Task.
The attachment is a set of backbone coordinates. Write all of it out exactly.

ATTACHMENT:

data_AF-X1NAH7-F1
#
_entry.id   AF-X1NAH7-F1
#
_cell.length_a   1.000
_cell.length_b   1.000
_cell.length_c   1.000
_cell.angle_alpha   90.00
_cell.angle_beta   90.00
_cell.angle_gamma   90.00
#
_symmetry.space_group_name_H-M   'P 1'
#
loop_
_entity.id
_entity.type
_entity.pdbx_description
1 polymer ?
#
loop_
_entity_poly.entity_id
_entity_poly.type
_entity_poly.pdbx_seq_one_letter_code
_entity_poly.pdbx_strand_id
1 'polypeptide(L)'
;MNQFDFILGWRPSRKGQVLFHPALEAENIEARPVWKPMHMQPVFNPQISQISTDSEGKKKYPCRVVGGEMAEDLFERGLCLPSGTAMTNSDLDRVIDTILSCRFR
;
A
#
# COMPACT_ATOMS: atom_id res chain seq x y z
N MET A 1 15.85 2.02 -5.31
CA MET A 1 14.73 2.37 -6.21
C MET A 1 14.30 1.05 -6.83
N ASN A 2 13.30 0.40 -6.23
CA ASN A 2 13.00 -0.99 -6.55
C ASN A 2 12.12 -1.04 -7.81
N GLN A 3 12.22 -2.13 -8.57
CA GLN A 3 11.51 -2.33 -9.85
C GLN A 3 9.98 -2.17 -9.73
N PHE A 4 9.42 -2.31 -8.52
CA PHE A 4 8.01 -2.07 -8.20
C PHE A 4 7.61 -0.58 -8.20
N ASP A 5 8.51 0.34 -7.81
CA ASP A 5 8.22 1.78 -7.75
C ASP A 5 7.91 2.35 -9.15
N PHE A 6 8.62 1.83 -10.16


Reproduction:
data_AF-X1NAH7-F1
#
_entry.id   AF-X1NAH7-F1
#
_cell.length_a   1.000
_cell.length_b   1.000
_cell.length_c   1.000
_cell.angle_alpha   90.00
_cell.angle_beta   90.00
_cell.angle_gamma   90.00
#
_symmetry.space_group_name_H-M   'P 1'
#
loop_
_entity.id
_entity.type
_entity.pdbx_description
1 polymer ?
#
loop_
_entity_poly.entity_id
_entity_poly.type
_entity_poly.pdbx_seq_one_letter_code
_entity_poly.pdbx_strand_id
1 'polypeptide(L)'
;MNQFDFILGWRPSRKGQVLFHPALEAENIEARPVWKPMHMQPVFNPQISQISTDSEGKKKYPCRVVGGEMAEDLFERGLCLPSGTAMTNSDLDRVIDTILSCRFR
;
A
#
# COMPACT_ATOMS: atom_id res chain seq x y z
N MET A 1 15.85 2.02 -5.31
CA MET A 1 14.73 2.37 -6.21
C MET A 1 14.30 1.05 -6.83
N ASN A 2 13.30 0.40 -6.23
CA ASN A 2 13.00 -0.99 -6.55
C ASN A 2 12.12 -1.04 -7.81
N GLN A 3 12.22 -2.13 -8.57
CA GLN A 3 11.51 -2.33 -9.85
C GLN A 3 9.98 -2.17 -9.73
N PHE A 4 9.42 -2.31 -8.52
CA PHE A 4 8.01 -2.07 -8.20
C PHE A 4 7.61 -0.58 -8.20
N ASP A 5 8.51 0.34 -7.81
CA ASP A 5 8.22 1.78 -7.75
C ASP A 5 7.91 2.35 -9.15
N PHE A 6 8.62 1.83 -10.16